Sunday, August 7, 2016

Lerner's biography of Kantorowicz

One can order Ernst Kantorowicz: A Life Hardcover, to be published December 27, 2016
by Robert E. Lerner for $39.95 (prime).  If the price drops at the time of publication you will be charged that price.  You can find it at,

I have been rereading Norman Cantor’s Inventing the Middle Ages, The Lives, Works and Ideas of the Great Medievalists of the Twentieth Century, published in 1993.   I read this in 1993 and again in 1999.

Cantor’s biographical sketches of Percy Ernst Schramm and Ernst Hartwig Kantorowicz take up 39 pages.   I was struck each time I read this chapter by how mildly Cantor handles Kantorowicz a Jewish academic, one of the remarkable historians that Cantor praises, who was caught up in the great-man quest much as Heidegger was.   Cantor, however has his critics.  The main argument of one criticism I read is that Cantor is not well liked by other historians.  Another listed several things Cantor left out of his 39-page biographical sketch Schramm and Kantorowicz as evidence that he was prejudiced against Kantorowicz.

Cantor writes on page 82, “Schramm and Kantorowicz reinforced and encouraged each other.  Both worked in the tradition of German Geistesgeschichte – ‘spiritual’ (cultural and intellectual) history, drawing upon the long tradition of Hegelian idealism in German humanistic circles. But both wanted to put original twists on the old Geistesgeschichte.  The word Geistesgeschichte has no equivalent term in English.  It stands for the dominant tradition in the learned humanities in Germany from the 1890s until 1933. It means placing in one’s foreground past ideas, theory, and literary and visual arts and making these spiritual and intellectual refinements, rather than material and social forces, the central concern of the historian.  Geistesgeschichte is a manifestation of German philosophical idealism and the assumption that ideas and learned traditions that perpetuate ideas have a durable reality and a human value separate from any other aspect of society. . . .”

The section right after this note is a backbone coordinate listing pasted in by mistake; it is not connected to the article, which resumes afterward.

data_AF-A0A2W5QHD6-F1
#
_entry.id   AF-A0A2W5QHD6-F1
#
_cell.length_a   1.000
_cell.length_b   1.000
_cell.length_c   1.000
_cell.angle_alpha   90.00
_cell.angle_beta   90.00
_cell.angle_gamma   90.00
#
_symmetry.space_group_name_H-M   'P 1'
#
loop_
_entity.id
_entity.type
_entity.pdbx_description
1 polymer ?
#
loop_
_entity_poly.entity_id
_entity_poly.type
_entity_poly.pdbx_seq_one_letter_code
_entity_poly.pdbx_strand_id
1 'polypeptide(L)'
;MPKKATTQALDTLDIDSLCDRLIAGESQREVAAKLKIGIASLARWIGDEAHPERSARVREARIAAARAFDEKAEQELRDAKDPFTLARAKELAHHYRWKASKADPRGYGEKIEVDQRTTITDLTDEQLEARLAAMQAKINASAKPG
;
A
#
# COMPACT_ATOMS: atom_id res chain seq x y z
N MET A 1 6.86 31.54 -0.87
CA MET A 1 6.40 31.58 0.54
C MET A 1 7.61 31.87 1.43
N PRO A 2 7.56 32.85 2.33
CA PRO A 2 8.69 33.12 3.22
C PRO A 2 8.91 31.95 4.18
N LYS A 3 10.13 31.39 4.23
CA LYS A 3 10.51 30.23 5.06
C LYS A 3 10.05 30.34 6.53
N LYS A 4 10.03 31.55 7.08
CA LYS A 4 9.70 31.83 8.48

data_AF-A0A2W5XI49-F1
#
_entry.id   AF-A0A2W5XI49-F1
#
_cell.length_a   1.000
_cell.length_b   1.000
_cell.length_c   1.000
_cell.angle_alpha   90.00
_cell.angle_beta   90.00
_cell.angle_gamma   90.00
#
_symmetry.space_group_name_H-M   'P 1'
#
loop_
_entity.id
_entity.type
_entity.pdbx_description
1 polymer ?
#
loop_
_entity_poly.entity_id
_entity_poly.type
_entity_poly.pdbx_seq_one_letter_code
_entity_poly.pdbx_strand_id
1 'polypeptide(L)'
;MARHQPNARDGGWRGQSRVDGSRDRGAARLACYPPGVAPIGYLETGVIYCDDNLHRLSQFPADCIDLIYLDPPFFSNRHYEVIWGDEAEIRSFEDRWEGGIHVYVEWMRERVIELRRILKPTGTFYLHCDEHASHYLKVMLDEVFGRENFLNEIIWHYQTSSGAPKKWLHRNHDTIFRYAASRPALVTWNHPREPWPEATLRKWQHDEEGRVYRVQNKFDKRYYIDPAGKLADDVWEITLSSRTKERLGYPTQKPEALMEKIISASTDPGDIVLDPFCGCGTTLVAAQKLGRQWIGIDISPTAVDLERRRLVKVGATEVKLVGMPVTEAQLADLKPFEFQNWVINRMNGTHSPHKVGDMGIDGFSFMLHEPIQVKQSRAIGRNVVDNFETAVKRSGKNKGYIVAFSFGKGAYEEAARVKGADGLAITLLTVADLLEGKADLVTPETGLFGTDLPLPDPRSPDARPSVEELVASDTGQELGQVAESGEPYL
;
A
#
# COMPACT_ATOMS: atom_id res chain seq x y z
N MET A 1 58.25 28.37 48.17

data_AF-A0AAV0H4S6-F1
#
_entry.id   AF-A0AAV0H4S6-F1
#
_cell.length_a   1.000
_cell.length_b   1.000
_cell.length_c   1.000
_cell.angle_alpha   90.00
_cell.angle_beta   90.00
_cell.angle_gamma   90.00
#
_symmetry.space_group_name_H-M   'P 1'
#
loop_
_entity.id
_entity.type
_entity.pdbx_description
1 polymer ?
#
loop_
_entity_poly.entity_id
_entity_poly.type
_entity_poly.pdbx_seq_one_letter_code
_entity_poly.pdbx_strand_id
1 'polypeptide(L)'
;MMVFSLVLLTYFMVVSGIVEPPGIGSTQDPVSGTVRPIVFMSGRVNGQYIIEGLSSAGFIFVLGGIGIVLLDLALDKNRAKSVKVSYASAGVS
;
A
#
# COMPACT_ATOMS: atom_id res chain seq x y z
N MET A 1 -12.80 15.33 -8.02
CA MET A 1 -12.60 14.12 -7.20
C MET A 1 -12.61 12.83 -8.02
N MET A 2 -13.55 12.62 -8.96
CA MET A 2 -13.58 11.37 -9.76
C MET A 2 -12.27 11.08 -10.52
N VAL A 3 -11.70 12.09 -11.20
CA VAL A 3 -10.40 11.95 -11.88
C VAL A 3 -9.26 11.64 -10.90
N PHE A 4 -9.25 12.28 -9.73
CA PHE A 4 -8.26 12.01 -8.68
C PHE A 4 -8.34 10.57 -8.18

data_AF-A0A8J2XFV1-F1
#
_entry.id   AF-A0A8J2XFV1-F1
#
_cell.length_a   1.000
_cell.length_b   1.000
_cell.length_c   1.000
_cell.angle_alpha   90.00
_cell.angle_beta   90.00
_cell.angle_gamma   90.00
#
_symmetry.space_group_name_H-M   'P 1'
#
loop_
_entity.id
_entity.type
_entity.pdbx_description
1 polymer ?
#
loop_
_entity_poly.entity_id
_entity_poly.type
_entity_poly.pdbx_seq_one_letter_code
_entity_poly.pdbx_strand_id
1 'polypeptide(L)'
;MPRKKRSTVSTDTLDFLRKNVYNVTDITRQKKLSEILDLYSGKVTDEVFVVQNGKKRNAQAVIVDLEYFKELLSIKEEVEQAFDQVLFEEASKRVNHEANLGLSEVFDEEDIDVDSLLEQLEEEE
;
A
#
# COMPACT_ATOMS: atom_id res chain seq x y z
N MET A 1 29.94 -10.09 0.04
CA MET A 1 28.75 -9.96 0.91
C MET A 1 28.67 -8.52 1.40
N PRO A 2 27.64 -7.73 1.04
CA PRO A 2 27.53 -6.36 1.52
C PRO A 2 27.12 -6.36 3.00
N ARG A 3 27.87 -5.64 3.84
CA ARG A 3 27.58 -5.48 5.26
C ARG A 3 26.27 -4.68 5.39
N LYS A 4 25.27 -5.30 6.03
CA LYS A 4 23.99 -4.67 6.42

“The Stefan George circle in which Kantorowicz had moved along with some of his high aristocratic friends was much tighter than Schramm’s networks and went beyond vanguard learning.  George was a flamboyant lyric poet and visionary, who gathered around him a group of rich, well-educated young men (the homosexual tone, whether latent or explicit, was up-front) to cultivate German national traditions and explore high horizons of culture and political revival through great leadership.  The leadership principle was strongly prevalent with George and his disciples. This was one of the intellectual foundations of nazism, although the George circle, several members were Jewish, would not in the end be satisfied with the vulgar corporal from Vienna.  They were thinking of apocalyptic figures like the great Staufen emperors of medieval Germany.  Along with poetry, the George group went in for the writing of romanticized biographies to put models of charismatic leadership before the beaten, confused, and impoverished postwar German people so that the Volk would rise again under some Nietzschean and Wagnerian heroic figure.
    “This is how Kantorowicz came to be in Heidelberg.  He was assigned by George to write the biography of the most apocalyptic of medieval German figures, Emperor Frederick II.  He was doing it to satisfy his master, George, and to stir the German people to national renewal under some new wonder of the world.  This project was sentimental, trendy, even a little idiosyncratic, but not ridiculous or useless in the German ambience of the 1920s.
    “George’s message was an amalgam of Greek classicism and pristine Germanic heroism: ‘A people is dead when its gods are dead.’  Out of the materialism, corruption and disorder of the Weimar era a ‘Secret Germany’ of cultured supermen will emerge and take over power from the unaware lumpen masses, George proclaimed. . .
    “Whatever we may think of this is colored for us by what happened in the 1930s.  Whether the triumph of nazism was a fulfillment of George’s vision or a grotesque perversion and betrayal of it has been debated since the thirties, and there is no resolution to this issue.  To the young Kantorowicz, George was the guru who saw the truth and foretold the future.  If George wanted a biography of Frederick II as part of his visionary program of German renewal, Kantorowicz would do what he was told and produce it and write it in accordance with the leadership principle and the late romantic excitement that George generated.
    “What is important for medieval studies is that Kantorowicz read all the voluminous published sources of Frederick II, mastered all the modern literature on the Staufen dynasty, and used modern scholarly research on the medieval empire and papacy. He applied his incredible linguistic ability and his deep knowledge of the Middle East and the Orient to put some new angles into the old Staufen story.  He then wrote the most exciting biography of a medieval monarch produced in this century.  It has aged very well.  It still has power to stimulate the mind and stir the blood Its learning and insight are phenomenal. . . .”

Kantorowicz strikes me as an interesting fellow, but I’m going to hold off ordering Lerner’s biography.  I found a short biography of Lerner saying he studied under Strayer, and Cantor was much more critical of Strayer than he was Kantorowicz, imo.

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